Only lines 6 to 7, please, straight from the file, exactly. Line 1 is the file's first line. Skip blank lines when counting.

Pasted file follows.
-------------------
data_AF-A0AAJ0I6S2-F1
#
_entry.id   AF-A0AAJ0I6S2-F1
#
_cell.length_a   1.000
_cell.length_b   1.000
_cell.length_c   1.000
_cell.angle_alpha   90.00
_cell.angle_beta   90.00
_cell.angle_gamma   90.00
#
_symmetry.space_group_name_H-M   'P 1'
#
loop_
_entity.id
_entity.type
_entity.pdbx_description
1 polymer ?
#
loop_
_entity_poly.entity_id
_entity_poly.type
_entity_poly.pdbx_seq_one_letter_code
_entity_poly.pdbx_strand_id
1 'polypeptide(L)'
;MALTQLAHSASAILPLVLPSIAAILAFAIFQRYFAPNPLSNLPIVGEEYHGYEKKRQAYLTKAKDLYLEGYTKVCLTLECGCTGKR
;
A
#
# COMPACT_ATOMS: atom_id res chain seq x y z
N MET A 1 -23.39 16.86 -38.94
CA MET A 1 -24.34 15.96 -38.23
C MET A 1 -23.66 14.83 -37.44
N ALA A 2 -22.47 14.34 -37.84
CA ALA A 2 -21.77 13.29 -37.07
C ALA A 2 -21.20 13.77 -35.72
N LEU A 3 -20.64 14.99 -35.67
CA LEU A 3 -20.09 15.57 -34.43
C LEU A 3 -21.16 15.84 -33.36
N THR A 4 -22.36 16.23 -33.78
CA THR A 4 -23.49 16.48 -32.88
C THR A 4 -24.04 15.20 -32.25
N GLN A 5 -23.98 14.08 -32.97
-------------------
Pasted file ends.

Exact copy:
_cell.length_b   1.000
_cell.length_c   1.000